I need to do a general what's-going-on-around-here post, but I had to get this out of my system first! I promise to do an update this week!
If you enjoy buying or selling children's items from places like Etsy, HyenaCart, thrift stores, flea markets, used book stores, or even visiting the children's section at your local library and haven't heard of the CPSIA, now is the time to read up!
To sum up, in response to last years problem's with lead in toys imported from China, our wonderful Congress sped a bill through the legislative process that has since been signed into law by President Bush. This law mandates that any item made for children under 12 has to be tested and certified to fall within new lead limits. Sounds pretty good, right? We don't want our kids to get lead poisoning, right? Except that the law is retroactive and applies to clothing, books...anything made for kids under 12. Think about what that means when you think about everything your children own and where you bought it from. Used items, new items, handmade items from small businesses run out of someone's home -- all of it has to comply with this law.
I'm not a fear-mongering alarmist, so I do not think the government is going to go around fining and arresting consignment store operators or trying to shut down public libraries (in fact the CPSC has pretty much said they won't), but I do see at least two significant issues here (aside from the increased prices on children's goods that we are going to see as a result of expensive testing):
1) Some small business owners hear the government saying that they aren't going to enforce the law on them, so they won't feel the need to change their business practices based on that assurance. However, some store owners will feel ethically bound to adhere to the law, regardless of the wink wink they are getting about how they don't have to worry about complying because the law is just for the big manufacturers and not for small thrift stores or used book sellers. So someone who feels duty bound to obey the law of the land is going to shut down their business because of their own moral convictions, no matter how much the government assures them they don't have to worry about enforcement. And lets be clear: the CPSC says that they won't actively seek to enforce this law on certain businesses, but they still maintain that those businesses do have to comply, and if they don't and are found out they can still be prosecuted. Which leads to this other problem over here...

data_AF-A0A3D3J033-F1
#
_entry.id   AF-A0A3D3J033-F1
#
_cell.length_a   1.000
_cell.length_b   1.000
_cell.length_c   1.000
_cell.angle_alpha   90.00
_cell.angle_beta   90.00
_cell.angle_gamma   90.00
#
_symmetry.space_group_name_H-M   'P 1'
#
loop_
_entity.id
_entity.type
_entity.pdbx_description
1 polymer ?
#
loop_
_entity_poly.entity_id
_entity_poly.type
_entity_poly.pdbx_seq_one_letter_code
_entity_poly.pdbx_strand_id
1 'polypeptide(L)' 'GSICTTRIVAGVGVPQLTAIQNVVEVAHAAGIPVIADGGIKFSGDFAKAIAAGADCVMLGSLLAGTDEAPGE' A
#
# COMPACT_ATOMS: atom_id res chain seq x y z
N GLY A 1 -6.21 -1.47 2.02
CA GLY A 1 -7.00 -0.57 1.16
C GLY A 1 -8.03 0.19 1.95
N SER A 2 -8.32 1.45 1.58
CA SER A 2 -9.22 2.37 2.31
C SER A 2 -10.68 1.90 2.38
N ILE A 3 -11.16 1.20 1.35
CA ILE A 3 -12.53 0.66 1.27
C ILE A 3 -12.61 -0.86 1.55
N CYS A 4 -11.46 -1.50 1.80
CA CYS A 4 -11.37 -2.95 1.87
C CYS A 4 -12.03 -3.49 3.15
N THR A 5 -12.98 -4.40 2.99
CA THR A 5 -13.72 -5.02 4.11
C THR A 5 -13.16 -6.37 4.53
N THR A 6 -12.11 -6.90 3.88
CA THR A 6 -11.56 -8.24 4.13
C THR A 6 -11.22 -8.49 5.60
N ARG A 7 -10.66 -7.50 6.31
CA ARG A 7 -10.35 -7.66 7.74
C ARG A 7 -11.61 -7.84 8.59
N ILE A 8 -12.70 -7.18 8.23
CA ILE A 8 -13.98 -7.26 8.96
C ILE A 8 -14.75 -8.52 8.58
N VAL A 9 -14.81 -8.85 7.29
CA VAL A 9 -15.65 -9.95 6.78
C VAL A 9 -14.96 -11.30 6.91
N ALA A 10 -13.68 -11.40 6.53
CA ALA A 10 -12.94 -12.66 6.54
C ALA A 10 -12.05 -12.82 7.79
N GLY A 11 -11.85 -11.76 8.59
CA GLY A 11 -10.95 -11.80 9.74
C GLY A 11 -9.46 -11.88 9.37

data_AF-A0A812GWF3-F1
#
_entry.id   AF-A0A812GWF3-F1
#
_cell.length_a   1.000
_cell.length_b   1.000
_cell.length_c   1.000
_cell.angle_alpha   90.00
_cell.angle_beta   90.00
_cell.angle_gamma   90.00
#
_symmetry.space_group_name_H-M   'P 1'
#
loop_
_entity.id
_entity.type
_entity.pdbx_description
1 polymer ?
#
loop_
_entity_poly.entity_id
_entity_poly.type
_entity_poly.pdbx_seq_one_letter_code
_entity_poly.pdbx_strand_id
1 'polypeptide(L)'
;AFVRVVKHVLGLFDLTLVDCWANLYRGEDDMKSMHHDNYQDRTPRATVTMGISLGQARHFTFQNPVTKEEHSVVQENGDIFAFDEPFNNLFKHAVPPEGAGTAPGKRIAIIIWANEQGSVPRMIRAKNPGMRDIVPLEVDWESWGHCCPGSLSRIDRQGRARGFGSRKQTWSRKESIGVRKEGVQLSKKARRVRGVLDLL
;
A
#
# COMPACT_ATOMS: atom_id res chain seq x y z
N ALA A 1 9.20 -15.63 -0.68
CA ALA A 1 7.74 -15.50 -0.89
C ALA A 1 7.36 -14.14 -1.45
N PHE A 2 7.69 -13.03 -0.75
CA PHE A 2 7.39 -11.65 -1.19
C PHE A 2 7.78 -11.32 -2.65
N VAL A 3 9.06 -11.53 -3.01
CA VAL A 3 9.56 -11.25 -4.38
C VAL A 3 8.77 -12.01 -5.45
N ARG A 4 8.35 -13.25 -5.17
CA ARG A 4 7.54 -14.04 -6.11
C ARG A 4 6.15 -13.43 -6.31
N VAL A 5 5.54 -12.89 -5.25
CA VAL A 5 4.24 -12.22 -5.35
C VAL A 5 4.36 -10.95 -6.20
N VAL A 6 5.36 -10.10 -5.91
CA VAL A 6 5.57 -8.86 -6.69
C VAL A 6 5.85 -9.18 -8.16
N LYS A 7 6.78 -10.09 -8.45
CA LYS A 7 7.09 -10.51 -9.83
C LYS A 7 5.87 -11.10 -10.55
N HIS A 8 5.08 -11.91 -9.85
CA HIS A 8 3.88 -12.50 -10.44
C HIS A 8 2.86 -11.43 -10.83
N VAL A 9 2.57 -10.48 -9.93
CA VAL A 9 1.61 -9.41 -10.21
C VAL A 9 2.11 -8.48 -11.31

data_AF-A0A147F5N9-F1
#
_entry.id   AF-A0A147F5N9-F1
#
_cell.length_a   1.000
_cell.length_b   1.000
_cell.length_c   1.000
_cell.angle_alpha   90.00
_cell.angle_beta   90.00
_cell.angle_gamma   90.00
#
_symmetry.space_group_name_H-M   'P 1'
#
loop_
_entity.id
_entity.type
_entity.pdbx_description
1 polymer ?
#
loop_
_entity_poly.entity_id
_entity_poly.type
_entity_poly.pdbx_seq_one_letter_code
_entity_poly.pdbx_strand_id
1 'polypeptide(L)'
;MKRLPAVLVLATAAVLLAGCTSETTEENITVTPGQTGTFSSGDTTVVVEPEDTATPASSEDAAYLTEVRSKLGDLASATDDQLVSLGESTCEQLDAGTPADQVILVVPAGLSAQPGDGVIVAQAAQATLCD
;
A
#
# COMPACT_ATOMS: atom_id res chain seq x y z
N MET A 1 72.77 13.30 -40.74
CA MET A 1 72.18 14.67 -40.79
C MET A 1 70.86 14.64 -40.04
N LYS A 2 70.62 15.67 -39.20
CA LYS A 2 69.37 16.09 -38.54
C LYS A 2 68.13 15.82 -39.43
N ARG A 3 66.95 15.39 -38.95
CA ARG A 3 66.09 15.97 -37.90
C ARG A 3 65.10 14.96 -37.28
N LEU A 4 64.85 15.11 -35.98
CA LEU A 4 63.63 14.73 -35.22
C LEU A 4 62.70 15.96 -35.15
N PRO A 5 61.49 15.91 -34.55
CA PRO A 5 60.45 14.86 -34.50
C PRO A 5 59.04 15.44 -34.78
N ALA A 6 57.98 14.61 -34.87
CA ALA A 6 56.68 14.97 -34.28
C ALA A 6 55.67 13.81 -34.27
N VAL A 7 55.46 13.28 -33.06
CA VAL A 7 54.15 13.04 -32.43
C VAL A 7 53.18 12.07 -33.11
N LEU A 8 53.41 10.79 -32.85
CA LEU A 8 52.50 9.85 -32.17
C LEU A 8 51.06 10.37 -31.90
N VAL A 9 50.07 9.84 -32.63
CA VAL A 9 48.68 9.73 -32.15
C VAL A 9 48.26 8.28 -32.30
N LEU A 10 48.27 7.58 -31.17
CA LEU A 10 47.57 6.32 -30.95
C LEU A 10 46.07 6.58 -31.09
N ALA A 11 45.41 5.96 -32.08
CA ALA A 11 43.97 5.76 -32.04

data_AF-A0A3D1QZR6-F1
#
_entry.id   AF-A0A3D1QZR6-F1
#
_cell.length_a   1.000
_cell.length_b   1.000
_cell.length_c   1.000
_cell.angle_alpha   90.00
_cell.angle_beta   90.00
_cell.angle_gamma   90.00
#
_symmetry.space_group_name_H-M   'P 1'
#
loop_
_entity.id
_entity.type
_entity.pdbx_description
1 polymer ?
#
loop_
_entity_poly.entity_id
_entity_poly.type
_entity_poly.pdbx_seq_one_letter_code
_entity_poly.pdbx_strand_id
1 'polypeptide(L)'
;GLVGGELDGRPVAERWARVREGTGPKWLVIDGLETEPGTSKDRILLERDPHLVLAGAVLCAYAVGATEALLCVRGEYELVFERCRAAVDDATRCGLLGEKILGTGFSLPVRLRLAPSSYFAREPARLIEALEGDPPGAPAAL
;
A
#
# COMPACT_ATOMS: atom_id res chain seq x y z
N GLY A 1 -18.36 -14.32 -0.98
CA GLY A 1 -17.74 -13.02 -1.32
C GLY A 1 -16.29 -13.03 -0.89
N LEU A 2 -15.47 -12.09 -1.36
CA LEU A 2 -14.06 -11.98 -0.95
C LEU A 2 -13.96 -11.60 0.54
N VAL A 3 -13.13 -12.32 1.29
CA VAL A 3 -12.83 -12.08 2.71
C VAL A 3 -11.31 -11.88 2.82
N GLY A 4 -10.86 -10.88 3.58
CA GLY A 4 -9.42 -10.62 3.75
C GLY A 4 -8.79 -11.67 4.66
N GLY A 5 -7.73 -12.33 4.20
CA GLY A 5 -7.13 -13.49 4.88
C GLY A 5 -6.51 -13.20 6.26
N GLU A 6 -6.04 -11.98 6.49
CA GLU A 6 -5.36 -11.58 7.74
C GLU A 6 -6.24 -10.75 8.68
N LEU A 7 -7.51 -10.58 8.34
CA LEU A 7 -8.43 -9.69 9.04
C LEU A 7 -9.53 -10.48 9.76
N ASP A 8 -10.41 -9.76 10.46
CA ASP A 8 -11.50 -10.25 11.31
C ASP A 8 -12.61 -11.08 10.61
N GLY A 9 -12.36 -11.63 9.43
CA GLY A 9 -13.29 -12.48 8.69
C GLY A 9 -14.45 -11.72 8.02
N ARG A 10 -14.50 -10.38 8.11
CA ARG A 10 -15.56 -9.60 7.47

2) Maybe the government wants to get a search warrant for someone's house for some unrelated crime, but they can't because they don't have the necessary evidence or probable cause. They find out that someone in that household is making and selling stuff for children on Etsy without proper lead testing or certification. Now they have a legitimate reason to execute a search warrant on someone's home based solely on the fact that they are sewing or whittling children's toys. I'm not a tin-foil hat type of person, but I don't think this is something completely without precedent.
There are many facets of this that I'm glossing over, but it is just a prime example of the way our government operates. We have congressmen and senators passing bills without even reading them and doing some basic critical thinking about how these laws will affect their own constituents. Of course no lawmaker (aside from Ron Paul, God bless him) wants to be seen as the heartless one who voted against stricter lead standards for children's products, because the media would rake them over the coals (or they would have if they had been paying attention to this issue), so instead they have passed a bill that makes absolutely no sense and is impossible to enforce gets signed into law and now something has to be done to fix the situation.
The Deputy Headmistress over at the Common Room has a good sum up of everything here (start at the bottom posts and scroll up to go in chronological order).
If you feel compelled, please write your legislators and tell them what you think.